231. I presume this is the Department with the greatest number of staff in the State service in total. Approximately what is the current number?

—The current number is around 28,000. It is difficult to give an exact figure because we always have a fringe of temporary and casual people and so on.

232. In regard to Subhead F—Engineering Stores and Equipment—I wish to refer very briefly back to the Comptroller and Auditor General’s point that an inventory was made to establish the position of these stores. It certainly gives one great confidence to have a survey done of these very extensive stocks and to find that they are reasonably in order because I am sure that would not have been the view in the public mind. I certainly gained considerable reassurance from the fact that the Comptroller and Auditor General can guarantee that to us and I should like to compliment the Department in that respect.

Chairman.—And I should like to thank the Department for furnishing us with a very comprehensive document.

233. Deputy Woods.—On subhead I— Losses—what precisely is provided for under this subhead?

Mr. Mac Gearailt.—It is a write-off.

Deputy Woods.—What would one be writing off? Is it capital?

Chairman.—They are all listed on pages 138 and 139, including robberies.

Deputy Woods.—But is it standard practice to include in advance a sum for losses?

—Obviously, it is something we must provide against.

Chairman.—I must say that the estimate was not that far out; it was quite accurate.

Deputy Woods.—I am not querying the estimate, but when you deal with other Departments you do not have a heading for losses. It is just in the nature of the business, obviously, something for which one must make a regular allowance.

234. Chairman.—On subhead K.1—Commissions and Special Inquiries—I should like to ask about a note under that subheading about over-estimation of expenses of the Post Office Users’ Council. Does that cover anything else apart from expenses in respect of the members of the council.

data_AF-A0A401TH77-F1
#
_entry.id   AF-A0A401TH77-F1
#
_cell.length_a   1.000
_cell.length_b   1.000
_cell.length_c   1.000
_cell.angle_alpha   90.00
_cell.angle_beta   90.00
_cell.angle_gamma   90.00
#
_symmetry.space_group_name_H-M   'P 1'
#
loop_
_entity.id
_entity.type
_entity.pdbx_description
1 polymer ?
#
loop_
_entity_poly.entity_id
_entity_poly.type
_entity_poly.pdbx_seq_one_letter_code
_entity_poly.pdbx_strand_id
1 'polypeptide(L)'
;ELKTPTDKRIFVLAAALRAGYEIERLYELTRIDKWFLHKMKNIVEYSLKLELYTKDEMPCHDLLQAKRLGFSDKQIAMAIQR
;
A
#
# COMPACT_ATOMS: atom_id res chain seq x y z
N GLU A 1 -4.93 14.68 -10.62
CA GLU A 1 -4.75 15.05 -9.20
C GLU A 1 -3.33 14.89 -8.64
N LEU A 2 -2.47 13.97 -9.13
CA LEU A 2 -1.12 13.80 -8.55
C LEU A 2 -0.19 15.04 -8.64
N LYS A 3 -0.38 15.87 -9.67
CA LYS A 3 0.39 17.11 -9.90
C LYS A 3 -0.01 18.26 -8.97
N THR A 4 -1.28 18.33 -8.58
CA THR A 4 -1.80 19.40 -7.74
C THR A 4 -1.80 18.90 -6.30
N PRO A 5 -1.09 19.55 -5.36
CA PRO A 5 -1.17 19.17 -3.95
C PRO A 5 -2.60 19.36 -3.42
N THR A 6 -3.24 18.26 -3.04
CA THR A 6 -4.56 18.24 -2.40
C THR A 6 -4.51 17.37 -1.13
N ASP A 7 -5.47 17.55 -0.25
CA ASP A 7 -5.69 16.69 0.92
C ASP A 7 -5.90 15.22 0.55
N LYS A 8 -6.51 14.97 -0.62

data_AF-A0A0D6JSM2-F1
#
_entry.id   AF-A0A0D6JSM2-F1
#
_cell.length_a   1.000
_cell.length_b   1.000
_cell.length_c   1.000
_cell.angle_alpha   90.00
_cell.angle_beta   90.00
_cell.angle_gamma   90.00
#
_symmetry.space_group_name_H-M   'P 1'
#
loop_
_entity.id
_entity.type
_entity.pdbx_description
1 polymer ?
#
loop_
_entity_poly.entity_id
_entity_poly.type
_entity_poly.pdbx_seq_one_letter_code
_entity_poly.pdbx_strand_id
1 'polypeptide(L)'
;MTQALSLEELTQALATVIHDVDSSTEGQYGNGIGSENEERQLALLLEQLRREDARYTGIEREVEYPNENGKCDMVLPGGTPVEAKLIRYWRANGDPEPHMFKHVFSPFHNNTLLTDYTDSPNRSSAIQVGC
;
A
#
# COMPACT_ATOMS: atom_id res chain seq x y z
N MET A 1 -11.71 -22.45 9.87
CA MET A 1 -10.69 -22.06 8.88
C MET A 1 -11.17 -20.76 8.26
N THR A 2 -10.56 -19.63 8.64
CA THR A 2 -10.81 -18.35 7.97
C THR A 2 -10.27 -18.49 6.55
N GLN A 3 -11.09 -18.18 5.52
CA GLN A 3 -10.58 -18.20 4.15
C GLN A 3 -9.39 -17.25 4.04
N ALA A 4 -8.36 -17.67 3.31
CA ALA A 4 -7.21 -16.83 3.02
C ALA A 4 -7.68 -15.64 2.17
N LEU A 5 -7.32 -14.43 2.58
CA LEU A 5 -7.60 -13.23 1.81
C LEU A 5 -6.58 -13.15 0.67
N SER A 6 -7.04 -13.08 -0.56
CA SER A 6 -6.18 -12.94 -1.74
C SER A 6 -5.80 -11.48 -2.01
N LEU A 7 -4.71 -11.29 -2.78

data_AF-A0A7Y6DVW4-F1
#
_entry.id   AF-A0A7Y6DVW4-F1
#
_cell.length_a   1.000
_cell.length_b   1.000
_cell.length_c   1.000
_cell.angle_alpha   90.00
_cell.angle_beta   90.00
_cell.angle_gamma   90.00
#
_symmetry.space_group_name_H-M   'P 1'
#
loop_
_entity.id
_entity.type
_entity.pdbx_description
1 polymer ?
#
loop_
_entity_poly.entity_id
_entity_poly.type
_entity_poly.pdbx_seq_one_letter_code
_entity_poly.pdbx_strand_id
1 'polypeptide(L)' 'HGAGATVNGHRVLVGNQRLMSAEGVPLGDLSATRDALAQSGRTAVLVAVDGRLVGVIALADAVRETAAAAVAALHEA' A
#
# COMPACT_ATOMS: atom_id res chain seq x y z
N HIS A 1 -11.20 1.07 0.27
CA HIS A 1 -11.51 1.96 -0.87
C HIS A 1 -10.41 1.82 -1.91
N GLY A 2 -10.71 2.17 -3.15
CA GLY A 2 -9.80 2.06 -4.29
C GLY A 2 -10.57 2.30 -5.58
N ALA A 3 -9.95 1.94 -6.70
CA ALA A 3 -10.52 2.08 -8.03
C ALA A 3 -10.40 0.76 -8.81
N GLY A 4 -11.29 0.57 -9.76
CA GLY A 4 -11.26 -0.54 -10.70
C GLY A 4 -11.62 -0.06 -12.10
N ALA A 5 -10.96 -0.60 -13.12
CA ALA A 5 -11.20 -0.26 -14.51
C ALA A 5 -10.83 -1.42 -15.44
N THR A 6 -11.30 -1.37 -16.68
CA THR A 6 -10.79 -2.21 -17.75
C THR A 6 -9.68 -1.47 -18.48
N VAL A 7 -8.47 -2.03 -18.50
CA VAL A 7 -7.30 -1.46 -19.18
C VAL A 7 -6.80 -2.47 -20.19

—The over-estimation refers to the provision we made for the expenses in respect of members of the Council.

The subhead covers nothing else but that?

—That is all.

235. Deputy Belton.—On subhead K.2— Consultancy Services—the figure is very low, less than 40 per cent of the amount granted. The note just says that expenditure on the employment of consultants in connection with a new main accounting system was less than expected. Obviously, it was much less but why was it so much less?

—To some extent we are dependent on the progress made by the consultants at any particular time, the number of people they have on the job and so on. We had hoped for more progress than in fact was achieved in that year. It is an on-going business.

Chairman.—There will be a carry-over?

—It will be carried over into the next year.

236. Subheads L1, L2 and L3, deal with RTE. This matter came before the House in another context recently.

237. On subhead T—Appropriations-in Aid—there was a deficiency of £3,727,188 on the amount realised. How did that arise?

238. Deputy Woods.—Where would the deficiencies be mainly here?

—It arises mainly on T.1—Recovery in respect of Telephone Capital expenditure. Telephone capital expenditure is recovered by way of an Appropriation in Aid and when we spend less than we originally expected there is a short-fall in the Appropriation in Aid.

239. Is Telephone Capital expenditure accounted for as an Appropriation in Aid?

—Yes, the money for Telephone Capital expenditure is raised by the Minister for Finance under the Telephone Capital Acts. We show expenditure under the main Vote subheads but the total amount is recovered by way of an Appropriation in Aid.

240. Chairman.—Under the heading “Loss of Stores”, the amount of postal stores lost from stock amounted to £90. The Department must be complimented on the very small loss incurred there. It would indicate a high degree of efficiency in supervision.

—Thank you, Mr. Chairman.